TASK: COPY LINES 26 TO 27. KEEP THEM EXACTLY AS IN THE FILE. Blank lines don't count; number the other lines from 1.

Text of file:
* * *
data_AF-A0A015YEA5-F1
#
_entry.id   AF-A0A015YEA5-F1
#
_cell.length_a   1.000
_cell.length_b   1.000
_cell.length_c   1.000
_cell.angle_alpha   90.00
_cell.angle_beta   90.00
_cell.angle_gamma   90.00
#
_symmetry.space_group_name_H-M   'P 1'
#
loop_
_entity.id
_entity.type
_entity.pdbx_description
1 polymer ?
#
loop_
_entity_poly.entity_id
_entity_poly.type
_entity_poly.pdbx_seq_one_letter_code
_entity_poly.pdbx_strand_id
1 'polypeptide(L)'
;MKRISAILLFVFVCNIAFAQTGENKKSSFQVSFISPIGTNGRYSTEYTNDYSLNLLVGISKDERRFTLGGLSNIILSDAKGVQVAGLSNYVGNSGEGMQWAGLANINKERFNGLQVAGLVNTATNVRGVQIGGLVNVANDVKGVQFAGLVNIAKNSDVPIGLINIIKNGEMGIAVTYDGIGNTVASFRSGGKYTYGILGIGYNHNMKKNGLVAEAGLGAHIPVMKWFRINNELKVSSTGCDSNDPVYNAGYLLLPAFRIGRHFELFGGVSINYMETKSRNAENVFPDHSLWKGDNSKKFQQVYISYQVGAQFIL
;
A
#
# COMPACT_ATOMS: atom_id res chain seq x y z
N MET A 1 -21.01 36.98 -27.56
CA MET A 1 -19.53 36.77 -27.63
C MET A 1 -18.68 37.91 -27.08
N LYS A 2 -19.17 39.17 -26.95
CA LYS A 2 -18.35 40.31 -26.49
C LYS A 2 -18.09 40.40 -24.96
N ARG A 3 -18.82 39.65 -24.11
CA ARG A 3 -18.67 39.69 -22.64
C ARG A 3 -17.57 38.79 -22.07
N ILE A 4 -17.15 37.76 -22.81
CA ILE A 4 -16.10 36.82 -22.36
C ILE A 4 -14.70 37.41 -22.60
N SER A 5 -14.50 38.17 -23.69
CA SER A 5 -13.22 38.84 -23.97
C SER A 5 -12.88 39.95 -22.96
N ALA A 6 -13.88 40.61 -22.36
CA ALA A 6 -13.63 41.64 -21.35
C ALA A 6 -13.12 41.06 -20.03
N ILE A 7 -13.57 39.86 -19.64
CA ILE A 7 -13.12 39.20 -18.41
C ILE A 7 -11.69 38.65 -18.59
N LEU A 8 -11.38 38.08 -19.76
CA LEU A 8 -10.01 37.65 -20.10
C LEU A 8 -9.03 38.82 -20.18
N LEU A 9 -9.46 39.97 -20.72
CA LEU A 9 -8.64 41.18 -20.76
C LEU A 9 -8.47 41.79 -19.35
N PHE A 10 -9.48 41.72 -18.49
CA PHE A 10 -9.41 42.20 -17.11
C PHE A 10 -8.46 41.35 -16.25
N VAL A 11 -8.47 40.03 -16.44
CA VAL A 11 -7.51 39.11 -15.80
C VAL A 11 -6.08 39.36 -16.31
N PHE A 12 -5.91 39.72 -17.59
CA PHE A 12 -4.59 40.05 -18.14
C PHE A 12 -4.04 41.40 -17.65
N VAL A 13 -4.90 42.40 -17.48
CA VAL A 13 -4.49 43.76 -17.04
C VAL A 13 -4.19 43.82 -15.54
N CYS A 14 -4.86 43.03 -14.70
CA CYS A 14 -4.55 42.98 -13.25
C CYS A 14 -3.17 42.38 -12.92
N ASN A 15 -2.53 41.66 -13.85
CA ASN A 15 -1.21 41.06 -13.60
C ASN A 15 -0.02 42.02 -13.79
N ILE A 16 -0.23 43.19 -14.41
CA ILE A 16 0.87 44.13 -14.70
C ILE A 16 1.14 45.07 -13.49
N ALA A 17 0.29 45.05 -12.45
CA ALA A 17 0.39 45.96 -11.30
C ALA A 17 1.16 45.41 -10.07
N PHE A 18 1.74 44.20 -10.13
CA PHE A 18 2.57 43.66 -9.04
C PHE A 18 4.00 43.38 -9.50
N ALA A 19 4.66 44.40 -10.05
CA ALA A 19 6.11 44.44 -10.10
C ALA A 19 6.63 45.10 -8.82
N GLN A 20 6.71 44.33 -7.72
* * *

;MKRISAILLFVFVCNIAFAQTGENKKSSFQVSFISPIGTNGRYSTEYTNDYSLNLLVGISKDERRFTLGGLSNIILSDAKGVQVAGLSNYVGNSGEGMQWAGLANINKERFNGLQVAGLVNTATNVRGVQIGGLVNVANDVKGVQFAGLVNIAKNSDVPIGLINIIKNGEMGIAVTYDGIGNTVASFRSGGKYTYGILGIGYNHNMKKNGLVAEAGLGAHIPVMKWFRINNELKVSSTGCDSNDPVYNAGYLLLPAFRIGRHFELFGGVSINYMETKSRNAENVFPDHSLWKGDNSKKFQQVYISYQVGAQFIL
;